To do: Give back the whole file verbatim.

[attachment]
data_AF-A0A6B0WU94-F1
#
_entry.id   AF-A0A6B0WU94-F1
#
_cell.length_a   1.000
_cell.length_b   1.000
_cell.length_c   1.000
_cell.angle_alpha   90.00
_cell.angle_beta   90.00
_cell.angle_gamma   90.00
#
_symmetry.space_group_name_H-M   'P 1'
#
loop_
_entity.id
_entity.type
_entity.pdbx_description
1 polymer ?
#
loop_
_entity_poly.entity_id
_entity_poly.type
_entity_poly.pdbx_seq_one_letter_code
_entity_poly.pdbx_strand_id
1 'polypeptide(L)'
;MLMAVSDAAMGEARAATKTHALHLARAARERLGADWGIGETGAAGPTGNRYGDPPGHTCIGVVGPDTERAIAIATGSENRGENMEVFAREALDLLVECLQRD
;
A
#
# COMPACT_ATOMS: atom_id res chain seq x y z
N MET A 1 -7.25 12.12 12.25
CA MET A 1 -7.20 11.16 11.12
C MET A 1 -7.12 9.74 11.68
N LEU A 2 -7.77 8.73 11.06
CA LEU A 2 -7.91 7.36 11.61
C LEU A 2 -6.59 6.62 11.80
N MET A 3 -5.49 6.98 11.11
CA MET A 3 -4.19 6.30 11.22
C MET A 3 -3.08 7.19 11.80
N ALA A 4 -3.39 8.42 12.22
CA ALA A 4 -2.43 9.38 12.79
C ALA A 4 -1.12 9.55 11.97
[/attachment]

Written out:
data_AF-A0A6B0WU94-F1
#
_entry.id   AF-A0A6B0WU94-F1
#
_cell.length_a   1.000
_cell.length_b   1.000
_cell.length_c   1.000
_cell.angle_alpha   90.00
_cell.angle_beta   90.00
_cell.angle_gamma   90.00
#
_symmetry.space_group_name_H-M   'P 1'
#
loop_
_entity.id
_entity.type
_entity.pdbx_description
1 polymer ?
#
loop_
_entity_poly.entity_id
_entity_poly.type
_entity_poly.pdbx_seq_one_letter_code
_entity_poly.pdbx_strand_id
1 'polypeptide(L)'
;MLMAVSDAAMGEARAATKTHALHLARAARERLGADWGIGETGAAGPTGNRYGDPPGHTCIGVVGPDTERAIAIATGSENRGENMEVFAREALDLLVECLQRD
;
A
#
# COMPACT_ATOMS: atom_id res chain seq x y z
N MET A 1 -7.25 12.12 12.25
CA MET A 1 -7.20 11.16 11.12
C MET A 1 -7.12 9.74 11.68
N LEU A 2 -7.77 8.73 11.06
CA LEU A 2 -7.91 7.36 11.61
C LEU A 2 -6.59 6.62 11.80
N MET A 3 -5.49 6.98 11.11
CA MET A 3 -4.19 6.30 11.22
C MET A 3 -3.08 7.19 11.80
N ALA A 4 -3.39 8.42 12.22
CA ALA A 4 -2.43 9.38 12.79
C ALA A 4 -1.12 9.55 11.97